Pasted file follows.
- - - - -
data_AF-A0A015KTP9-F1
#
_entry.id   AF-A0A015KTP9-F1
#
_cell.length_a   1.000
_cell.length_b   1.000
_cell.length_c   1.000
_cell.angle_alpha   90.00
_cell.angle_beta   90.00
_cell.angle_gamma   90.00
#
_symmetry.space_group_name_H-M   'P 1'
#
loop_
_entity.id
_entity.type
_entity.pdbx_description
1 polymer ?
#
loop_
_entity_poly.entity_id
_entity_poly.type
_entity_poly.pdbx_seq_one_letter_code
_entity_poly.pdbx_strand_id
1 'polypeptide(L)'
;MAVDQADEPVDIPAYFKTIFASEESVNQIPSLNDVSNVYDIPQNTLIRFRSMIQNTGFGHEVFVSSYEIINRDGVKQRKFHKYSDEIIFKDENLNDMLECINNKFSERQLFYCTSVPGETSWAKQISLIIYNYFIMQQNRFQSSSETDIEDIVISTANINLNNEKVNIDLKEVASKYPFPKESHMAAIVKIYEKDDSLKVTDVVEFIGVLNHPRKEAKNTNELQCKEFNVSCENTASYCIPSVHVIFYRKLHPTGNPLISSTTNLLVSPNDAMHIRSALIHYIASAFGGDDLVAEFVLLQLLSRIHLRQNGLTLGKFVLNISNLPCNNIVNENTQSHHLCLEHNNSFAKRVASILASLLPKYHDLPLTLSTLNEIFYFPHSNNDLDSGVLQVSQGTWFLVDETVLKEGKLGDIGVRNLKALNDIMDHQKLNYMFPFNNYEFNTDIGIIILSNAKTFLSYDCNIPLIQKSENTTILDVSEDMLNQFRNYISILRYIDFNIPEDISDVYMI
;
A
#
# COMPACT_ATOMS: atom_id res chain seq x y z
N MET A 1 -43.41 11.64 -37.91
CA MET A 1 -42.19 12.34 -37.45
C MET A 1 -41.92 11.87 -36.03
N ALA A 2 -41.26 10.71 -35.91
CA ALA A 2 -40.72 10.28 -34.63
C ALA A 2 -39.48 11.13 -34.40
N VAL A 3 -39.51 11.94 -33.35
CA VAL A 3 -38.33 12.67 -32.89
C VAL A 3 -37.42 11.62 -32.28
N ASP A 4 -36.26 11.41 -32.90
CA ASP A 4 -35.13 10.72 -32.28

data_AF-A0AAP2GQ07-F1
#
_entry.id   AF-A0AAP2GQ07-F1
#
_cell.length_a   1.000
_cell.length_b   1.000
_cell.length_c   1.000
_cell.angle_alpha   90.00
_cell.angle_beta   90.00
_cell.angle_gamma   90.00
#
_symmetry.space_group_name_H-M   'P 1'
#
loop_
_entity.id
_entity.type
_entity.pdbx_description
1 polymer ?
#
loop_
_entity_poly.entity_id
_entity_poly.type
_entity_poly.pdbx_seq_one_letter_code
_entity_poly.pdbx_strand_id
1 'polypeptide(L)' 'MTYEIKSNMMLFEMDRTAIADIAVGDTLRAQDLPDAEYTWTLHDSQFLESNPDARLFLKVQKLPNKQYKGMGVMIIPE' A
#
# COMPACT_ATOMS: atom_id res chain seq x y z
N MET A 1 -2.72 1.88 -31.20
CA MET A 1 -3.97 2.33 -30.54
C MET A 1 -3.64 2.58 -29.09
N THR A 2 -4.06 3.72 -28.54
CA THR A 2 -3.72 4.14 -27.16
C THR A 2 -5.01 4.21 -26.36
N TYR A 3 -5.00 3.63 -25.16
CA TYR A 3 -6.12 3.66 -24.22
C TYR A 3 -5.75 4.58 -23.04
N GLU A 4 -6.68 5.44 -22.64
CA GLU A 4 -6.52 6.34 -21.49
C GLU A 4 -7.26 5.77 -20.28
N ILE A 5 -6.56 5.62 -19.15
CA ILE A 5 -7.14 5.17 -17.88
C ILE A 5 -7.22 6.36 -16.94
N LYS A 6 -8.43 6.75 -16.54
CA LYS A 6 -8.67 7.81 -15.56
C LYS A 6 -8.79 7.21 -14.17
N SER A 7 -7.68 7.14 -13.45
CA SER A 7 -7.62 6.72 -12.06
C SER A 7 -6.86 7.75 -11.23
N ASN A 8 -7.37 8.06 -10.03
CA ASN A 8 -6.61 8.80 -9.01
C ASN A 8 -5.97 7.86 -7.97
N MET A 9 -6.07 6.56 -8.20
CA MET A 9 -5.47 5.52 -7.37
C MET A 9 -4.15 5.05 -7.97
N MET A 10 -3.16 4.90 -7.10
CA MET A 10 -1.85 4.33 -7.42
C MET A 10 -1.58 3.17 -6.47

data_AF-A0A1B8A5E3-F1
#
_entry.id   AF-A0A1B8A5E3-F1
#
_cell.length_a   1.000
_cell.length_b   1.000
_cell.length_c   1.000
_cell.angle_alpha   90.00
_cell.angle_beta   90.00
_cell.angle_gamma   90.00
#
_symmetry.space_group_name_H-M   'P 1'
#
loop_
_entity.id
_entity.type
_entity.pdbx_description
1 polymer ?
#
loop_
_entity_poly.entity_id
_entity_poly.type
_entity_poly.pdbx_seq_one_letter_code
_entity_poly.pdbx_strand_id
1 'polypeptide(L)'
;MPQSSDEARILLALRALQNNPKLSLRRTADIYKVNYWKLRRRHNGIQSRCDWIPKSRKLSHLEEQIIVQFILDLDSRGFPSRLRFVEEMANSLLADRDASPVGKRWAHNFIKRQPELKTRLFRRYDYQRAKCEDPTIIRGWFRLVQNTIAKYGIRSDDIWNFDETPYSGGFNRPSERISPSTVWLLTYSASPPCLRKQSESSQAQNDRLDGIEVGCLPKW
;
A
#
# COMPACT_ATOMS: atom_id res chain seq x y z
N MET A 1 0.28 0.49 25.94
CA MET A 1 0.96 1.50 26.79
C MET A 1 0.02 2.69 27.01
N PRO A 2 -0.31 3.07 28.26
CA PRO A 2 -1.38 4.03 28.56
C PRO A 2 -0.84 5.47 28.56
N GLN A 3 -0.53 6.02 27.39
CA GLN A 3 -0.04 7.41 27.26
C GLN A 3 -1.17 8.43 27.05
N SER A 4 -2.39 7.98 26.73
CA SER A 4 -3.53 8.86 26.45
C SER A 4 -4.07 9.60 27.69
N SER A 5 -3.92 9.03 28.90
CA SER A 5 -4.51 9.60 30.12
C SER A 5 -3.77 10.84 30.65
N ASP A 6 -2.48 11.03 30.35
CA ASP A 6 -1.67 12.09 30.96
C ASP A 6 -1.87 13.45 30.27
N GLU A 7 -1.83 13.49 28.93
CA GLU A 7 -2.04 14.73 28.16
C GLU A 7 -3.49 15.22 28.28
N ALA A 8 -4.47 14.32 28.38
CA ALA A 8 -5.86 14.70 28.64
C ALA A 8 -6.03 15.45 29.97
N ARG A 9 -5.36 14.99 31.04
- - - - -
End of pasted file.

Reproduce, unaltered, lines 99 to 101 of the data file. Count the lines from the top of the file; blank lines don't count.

data_AF-A0A1B8A5E3-F1
#
_entry.id   AF-A0A1B8A5E3-F1